Fecal occult blood testing: clinical value and limitations

Gastroenterologist. 1998 Mar;6(1):66-78.


Occult blood in the stool can be detected by chemical (guaiac), heme-porphyrin, or immunological methods. Each has advantages and disadvantages, with the guaiac slide test Hemoccult II (SmithKline Diagnostics) remaining the most widely used. Various technical factors affect its clinical performance, most notably whether the slides are rehydrated before processing; hydration increases test sensitivity for colorectal cancer but markedly decreases specificity, resulting in a large number of false-positive reactions that require invasive and expensive colonic workup. Newer immunological tests generally have high sensitivity, but poor specificity remains an important problem. In clinical screening situations, unhydrated Hemoccult has about 50% sensitivity for colorectal cancers and about 98% specificity. Only 5% to 10% of positive reactions prove due to cancer, however, so the large majority of reactive tests are false positives; this is an important weakness of occult blood screening. Slide hydration detects more tumors, but the predictive value of a positive test for cancer drops to only about 2%, which greatly diminishes the appeal of hydration. Sensitivity of occult blood tests for benign colonic polyps is poor, and most polyps found during workup of a positive reaction are actually detected by chance because of high prevalence in the general population. Controlled clinical trials have now documented that periodic occult blood screening produces a relatively small but significant mortality benefit from colorectal cancer--about 15% to 18% for biennial testing with unhydrated Hemoccult. Aggressive annual screening with hydrated Hemoccult may lower mortality by more than 30% but at a very high cost because of poor specificity and very low predictive value. Regular occult blood testing beginning at age 50 has been endorsed by many professional organizations because of the documented mortality benefit, but poor compliance, high costs, and ethical uncertainties seriously temper its justification. Whether to implement widespread occult blood screening remains a difficult societal decision.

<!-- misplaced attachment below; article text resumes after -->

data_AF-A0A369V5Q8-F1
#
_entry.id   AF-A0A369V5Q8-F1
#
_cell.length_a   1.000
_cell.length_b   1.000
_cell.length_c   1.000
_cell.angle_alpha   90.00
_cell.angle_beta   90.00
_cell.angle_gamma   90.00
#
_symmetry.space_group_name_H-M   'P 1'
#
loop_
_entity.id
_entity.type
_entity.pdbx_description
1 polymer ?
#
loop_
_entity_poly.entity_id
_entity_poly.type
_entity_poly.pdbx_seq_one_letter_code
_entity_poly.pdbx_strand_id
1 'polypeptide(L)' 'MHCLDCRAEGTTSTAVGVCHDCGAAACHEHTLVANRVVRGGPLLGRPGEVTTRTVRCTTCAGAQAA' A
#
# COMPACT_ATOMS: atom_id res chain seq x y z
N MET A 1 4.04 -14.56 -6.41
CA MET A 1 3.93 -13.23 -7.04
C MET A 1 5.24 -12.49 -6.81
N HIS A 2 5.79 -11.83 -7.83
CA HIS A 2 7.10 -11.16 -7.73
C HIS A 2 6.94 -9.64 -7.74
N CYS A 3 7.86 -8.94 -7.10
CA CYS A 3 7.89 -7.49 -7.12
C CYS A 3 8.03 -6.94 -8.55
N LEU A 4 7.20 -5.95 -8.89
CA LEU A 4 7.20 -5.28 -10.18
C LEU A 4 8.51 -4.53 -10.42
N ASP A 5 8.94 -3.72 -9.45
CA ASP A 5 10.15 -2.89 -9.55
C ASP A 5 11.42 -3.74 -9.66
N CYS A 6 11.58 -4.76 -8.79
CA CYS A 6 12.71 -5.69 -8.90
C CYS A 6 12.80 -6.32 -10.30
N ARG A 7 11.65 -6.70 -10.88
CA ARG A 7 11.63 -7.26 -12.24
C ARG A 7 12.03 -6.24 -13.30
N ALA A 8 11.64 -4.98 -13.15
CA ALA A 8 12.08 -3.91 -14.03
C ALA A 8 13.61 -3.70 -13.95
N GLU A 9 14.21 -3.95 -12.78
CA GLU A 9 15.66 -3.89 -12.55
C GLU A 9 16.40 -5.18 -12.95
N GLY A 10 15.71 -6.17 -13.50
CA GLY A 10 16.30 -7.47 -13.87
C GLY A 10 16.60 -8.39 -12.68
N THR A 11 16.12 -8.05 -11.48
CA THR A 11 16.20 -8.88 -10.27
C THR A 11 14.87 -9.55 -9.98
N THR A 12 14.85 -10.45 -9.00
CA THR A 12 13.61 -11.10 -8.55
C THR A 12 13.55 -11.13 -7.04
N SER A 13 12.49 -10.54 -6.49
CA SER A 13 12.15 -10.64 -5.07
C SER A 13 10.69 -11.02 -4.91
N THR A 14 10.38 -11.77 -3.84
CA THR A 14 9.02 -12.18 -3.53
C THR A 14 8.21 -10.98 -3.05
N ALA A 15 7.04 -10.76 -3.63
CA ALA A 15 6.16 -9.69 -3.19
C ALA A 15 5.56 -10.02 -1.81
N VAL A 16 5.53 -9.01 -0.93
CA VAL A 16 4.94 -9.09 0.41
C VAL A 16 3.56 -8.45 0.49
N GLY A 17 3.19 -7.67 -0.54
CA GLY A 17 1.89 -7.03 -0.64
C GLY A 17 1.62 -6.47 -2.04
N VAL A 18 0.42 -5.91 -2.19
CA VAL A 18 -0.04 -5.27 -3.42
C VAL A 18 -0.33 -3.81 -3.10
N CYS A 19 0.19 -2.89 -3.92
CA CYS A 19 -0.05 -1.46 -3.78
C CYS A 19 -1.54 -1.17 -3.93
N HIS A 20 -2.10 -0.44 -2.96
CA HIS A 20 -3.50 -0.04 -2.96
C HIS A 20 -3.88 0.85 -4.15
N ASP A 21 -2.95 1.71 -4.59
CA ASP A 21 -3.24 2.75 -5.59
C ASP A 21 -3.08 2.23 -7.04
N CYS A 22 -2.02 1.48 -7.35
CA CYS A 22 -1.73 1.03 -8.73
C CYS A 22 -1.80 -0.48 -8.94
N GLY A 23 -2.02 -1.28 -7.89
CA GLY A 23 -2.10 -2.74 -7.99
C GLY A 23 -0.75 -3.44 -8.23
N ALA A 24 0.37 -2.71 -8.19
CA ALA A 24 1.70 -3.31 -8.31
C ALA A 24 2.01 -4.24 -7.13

Publication types

  • Review

MeSH terms

  • Colorectal Neoplasms / diagnosis*
  • Ethics, Medical
  • False Negative Reactions
  • False Positive Reactions
  • Humans
  • Mass Screening / economics
  • Mass Screening / methods*
  • Occult Blood*
  • Patient Compliance
  • Reagent Kits, Diagnostic
  • Sensitivity and Specificity


  • Reagent Kits, Diagnostic